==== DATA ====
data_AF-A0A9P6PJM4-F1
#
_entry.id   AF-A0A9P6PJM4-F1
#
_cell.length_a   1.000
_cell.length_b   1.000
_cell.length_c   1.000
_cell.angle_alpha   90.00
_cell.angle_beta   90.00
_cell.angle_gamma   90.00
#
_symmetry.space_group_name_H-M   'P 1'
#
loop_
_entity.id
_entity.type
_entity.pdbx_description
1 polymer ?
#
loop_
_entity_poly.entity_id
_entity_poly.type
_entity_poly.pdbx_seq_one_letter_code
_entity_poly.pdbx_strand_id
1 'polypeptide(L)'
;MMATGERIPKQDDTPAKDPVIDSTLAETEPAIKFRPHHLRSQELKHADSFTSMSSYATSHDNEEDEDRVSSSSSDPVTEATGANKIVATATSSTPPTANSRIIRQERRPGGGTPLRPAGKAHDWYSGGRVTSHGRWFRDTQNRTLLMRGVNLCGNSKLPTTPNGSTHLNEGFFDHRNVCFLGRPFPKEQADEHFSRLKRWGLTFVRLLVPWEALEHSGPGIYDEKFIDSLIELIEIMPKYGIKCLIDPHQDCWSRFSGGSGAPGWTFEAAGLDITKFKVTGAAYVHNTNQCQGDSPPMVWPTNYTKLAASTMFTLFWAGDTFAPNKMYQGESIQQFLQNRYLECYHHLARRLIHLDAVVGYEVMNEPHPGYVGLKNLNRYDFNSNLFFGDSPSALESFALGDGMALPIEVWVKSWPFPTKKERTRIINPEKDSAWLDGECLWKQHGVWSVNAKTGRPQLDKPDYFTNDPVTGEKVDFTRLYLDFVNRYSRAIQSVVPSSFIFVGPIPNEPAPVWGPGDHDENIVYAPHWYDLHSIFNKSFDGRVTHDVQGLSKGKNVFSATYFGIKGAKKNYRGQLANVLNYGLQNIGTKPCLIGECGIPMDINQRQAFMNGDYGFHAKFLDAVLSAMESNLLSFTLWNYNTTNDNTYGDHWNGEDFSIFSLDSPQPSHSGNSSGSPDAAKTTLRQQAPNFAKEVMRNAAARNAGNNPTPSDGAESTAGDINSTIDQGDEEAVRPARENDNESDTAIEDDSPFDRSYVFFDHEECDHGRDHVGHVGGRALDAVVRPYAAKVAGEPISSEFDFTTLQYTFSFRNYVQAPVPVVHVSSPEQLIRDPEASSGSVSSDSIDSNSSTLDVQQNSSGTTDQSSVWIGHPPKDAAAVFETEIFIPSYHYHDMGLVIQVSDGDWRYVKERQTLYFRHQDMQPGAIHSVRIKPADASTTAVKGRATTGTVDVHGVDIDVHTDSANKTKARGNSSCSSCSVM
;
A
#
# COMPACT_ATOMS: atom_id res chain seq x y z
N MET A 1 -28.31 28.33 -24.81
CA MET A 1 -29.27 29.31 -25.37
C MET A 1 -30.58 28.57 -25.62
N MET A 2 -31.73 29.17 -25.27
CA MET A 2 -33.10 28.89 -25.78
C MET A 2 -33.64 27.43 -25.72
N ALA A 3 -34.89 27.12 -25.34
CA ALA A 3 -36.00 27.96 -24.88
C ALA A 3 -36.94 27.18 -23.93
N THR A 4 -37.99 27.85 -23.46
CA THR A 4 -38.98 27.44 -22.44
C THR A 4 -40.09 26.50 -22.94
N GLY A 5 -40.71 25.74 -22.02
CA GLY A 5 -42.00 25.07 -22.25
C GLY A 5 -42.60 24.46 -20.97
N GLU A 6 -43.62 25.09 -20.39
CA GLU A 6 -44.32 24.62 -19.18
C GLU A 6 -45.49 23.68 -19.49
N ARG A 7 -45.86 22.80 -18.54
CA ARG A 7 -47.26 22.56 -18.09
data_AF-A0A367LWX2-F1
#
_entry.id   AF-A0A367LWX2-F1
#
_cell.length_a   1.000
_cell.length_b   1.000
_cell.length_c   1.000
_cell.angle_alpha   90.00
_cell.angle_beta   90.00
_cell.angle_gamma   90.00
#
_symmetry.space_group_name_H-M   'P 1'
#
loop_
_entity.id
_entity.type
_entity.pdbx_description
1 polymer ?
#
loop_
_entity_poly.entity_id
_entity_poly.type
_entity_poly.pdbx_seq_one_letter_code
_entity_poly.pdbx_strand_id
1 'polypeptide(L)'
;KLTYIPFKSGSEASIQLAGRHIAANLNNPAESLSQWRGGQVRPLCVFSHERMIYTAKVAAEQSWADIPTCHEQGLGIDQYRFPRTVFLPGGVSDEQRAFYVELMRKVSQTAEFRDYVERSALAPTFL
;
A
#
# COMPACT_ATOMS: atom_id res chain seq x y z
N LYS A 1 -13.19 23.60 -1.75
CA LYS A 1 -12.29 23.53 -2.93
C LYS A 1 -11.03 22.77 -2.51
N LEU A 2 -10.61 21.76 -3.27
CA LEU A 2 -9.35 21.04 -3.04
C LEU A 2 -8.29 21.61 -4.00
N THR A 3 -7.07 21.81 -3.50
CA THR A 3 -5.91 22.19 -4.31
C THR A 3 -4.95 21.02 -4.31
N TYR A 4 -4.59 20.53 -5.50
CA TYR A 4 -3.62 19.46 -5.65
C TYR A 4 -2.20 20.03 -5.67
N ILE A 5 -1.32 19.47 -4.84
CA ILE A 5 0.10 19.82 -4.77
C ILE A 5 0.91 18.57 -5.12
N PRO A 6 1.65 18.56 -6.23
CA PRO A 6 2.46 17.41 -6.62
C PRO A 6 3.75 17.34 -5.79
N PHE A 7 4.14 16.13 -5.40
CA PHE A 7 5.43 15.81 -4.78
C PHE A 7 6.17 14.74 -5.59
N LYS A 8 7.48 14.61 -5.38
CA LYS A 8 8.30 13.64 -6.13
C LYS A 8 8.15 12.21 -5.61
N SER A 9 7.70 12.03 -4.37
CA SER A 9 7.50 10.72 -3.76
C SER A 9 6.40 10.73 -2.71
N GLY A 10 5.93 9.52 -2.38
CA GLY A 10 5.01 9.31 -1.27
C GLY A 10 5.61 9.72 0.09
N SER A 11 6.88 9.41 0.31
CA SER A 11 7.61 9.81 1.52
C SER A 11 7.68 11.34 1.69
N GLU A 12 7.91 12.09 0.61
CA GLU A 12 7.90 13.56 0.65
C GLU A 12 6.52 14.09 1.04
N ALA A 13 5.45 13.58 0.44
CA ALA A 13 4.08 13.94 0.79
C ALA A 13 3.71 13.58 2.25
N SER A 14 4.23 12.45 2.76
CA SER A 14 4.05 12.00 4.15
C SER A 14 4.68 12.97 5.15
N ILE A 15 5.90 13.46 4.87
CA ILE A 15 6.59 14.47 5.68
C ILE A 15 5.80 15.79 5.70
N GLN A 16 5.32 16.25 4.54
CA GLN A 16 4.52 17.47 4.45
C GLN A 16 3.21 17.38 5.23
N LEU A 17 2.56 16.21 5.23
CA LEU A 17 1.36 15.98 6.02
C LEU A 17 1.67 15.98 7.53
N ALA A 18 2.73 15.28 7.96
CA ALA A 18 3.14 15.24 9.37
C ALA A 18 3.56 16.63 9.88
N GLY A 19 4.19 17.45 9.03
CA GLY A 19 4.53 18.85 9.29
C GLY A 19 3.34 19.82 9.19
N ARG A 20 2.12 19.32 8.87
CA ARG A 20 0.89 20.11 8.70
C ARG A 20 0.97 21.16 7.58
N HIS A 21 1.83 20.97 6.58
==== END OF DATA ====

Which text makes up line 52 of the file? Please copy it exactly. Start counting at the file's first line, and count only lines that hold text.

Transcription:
#